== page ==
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Introduction to speech therapy

Speech therapy (also referred to as speech-language pathology) is a field of allied health therapy that focuses on treatment of communication disorders or issues. Speech therapists (also known as speech-language pathologists) are university-trained professionals who work with people who have difficulties communicating. Speech therapists can diagnose, assess various forms of communication disorders and recommend appropriate therapies. Communication disorders include speech and language impairments, voice disorders, disorders with swallowing, or cognitive-communication disorders. Speech therapists can work with people of all ages and are often part of multidisciplinary teams, including other health professionals such as psychologists or occupational therapists. While there are a variety of different speech or communication disorders, we will focus on three types of speech therapy that is common in the Campbelltown area.

Teenager with speech therapist and mum


Speech therapy in Campbelltown

Speech therapy for apraxia

Apraxia of speech is a speech sound disorder that can be diagnosed in children. It is a neurological disorder that that involves impairments in brain pathways that affect the process of producing speech. In apraxia, the person’s brain is aware of what it wants to express, but difficulties arise in planning and sequencing the necessary speech sound movements. This often manifests in problems with producing certain sounds or syllables.

A speech therapist can help analyse a person exhibiting signs of apraxia by performing various tests, such as oral-motor assessments to look for any muscle weakness in the lips, tongue or jaw; speech sound assessments determining how all sounds (e.g. consonants, vowels and combinations of sounds) are produced by the person; melody of speech assessment looking at using pauses and pitch in conversation to modify certain syllables of difficulty.


Stuttering is a disorder that most commonly develops in childhood and is defined by repetitive words, syllables or sounds; broken speech; or drawn-out sounds. It is also considered to have a behavioural component (negative emotions and feelings may contribute to stuttering), and thus speech therapy may involve behavioural modification strategies to help reduce the stuttering. Often, a speech therapist targets teaching the person to slow down and better control their rate of speech, as speaking too fast generally exacerbates the stuttering. The speech therapist may introduce techniques for the person to control their breathing and improve fluency of speech. Treatment will depend on the age of the person, personal communication goals and their social situation.

Speech therapy for late speech development

Some children seem to develop speech later than their peers of the same age. While children develop at different rates, it is generally understood that children begin making babbling sounds at around six months and start to speak their first words between 10-15 months old. If a child has not started speaking after this stage, some parents may begin to have concerns about the child’s speech/communication development and seek help from a speech therapist. In these instances, the speech therapist usually tries to engage the child through play, or utilise other communication methods (e.g. picture cards or sign language) to help motivate the child. It is also common for children in these situations to be referred for further assessments, such as audio tests or medical assessment.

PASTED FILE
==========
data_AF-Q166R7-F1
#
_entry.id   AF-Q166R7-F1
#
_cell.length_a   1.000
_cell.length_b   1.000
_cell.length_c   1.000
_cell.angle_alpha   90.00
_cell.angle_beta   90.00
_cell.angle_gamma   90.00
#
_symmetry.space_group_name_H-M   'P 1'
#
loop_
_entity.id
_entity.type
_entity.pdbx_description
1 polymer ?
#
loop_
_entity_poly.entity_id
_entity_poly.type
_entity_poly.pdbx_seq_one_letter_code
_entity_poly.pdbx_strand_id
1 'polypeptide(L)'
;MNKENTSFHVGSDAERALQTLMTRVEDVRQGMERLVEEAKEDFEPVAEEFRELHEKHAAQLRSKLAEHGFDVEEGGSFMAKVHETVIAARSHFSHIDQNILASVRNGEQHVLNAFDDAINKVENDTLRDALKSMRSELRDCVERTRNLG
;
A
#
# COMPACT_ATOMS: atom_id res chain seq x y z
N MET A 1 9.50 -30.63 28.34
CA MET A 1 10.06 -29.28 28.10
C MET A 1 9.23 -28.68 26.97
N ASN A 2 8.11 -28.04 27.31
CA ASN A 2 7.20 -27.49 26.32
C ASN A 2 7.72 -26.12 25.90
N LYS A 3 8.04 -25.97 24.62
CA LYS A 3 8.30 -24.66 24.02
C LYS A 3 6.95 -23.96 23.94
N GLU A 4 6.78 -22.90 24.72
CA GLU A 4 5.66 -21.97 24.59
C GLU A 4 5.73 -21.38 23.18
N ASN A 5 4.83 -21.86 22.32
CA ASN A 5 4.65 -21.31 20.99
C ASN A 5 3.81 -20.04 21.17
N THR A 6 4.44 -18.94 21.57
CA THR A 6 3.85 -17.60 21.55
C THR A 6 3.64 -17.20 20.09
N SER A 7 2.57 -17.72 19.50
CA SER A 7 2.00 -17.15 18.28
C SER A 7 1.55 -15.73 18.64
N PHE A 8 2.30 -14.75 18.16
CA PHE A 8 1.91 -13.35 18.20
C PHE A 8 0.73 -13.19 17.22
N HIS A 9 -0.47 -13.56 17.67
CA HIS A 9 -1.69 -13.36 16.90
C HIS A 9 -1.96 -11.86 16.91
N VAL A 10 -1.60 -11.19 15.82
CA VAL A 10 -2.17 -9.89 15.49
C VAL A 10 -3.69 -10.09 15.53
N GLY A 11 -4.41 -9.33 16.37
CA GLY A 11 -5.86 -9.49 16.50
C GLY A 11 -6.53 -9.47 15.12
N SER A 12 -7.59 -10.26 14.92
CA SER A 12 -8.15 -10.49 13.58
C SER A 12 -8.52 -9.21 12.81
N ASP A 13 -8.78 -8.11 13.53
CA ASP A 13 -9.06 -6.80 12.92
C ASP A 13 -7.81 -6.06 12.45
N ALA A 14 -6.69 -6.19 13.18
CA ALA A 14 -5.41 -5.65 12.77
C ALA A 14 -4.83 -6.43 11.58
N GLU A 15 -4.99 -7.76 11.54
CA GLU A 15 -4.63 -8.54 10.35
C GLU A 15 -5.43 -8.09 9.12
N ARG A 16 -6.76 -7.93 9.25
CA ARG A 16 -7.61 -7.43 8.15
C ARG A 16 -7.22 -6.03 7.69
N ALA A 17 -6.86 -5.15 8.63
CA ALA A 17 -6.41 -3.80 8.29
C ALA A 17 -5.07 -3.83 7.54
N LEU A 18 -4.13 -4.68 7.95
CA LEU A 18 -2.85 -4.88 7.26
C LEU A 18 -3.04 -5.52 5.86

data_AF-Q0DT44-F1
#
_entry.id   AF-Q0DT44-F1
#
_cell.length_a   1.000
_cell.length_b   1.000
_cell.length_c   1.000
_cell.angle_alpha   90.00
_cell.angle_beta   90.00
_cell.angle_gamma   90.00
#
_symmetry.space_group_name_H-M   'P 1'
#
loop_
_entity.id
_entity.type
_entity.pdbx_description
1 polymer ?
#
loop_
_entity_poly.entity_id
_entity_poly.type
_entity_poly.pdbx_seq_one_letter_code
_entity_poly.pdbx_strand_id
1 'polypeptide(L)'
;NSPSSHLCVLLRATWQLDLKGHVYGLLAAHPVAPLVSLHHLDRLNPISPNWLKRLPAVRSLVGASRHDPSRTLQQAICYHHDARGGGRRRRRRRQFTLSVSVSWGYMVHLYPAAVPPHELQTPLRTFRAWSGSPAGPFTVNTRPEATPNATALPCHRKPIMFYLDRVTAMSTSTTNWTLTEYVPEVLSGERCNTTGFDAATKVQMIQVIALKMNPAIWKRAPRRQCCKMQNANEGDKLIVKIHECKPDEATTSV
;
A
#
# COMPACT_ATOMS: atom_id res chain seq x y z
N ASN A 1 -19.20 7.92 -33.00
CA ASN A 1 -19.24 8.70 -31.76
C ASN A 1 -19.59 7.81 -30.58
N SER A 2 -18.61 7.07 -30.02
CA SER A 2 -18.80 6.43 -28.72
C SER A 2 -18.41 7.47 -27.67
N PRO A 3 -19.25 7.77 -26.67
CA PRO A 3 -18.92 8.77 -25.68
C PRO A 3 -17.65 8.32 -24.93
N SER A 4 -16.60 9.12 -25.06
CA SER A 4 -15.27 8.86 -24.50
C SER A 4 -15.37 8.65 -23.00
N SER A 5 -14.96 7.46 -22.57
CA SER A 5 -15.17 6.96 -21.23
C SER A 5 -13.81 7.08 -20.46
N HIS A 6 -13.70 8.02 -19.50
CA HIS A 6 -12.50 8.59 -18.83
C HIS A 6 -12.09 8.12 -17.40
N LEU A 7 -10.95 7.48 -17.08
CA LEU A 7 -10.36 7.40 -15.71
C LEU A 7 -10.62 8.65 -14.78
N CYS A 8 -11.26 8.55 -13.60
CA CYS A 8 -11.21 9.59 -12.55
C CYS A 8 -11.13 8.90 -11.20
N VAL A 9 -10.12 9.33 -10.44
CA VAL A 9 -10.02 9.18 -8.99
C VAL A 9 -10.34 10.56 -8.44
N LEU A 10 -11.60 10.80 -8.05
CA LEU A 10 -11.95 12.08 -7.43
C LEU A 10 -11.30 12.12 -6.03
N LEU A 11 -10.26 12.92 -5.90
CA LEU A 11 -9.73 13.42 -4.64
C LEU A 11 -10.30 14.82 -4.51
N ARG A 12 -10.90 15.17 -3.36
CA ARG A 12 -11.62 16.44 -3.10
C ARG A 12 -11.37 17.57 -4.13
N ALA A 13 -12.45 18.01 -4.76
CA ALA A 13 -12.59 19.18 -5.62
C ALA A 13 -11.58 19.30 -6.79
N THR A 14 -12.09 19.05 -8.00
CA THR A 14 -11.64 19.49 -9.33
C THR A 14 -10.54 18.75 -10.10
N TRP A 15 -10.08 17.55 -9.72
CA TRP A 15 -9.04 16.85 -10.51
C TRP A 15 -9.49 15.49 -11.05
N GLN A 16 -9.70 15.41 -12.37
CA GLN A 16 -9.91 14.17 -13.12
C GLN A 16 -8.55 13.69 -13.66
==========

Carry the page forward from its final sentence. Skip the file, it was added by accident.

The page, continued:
How to get speech therapy in Campbelltown

If someone you know may benefit from speech therapy, there are an increasing number of services in Campbelltown. Since the arrival of the National Disability Insurance Scheme (NDIS) in Campbelltown around 2016, therapy services have become more available for residents. While many services are catered for NDIS participants, people without NDIS funding may also avail of services.

The first step to seeking help is often to see your local GP and voice your concerns. Your GP will probably complete a general medical/health assessment to get an overall picture of your current functioning and personal and social situation. They may also identify potential related causes of speech difficulties, such as a young child who has characteristics of autism or other developmental disorders. Your GP may then refer you to other appropriate services, including speech therapy.

The first meeting with a speech therapist will typically go through a general health, personal and psychosocial history. The speech therapist will be interested in finding out about the person’s current level of functioning, social networks, and complete a speech and language assessment pertinent to the person’s current functioning and communication level. The person’s main goals (regarding communication and therapy) will also be determined to help guide the direction of therapy. Depending on the situation, the speech therapist may recommend performing other assessments, particularly if they suspect a specific type of disorder. While speech therapy generally does try to pinpoint and diagnose an identifiable disorder to guide therapy, it is important to note that people’s situation may be complex and there may be multi-factorial contributing factors to a person’s difficulties. Especially in the case of children, it is useful to remember that their development may vary between individuals.


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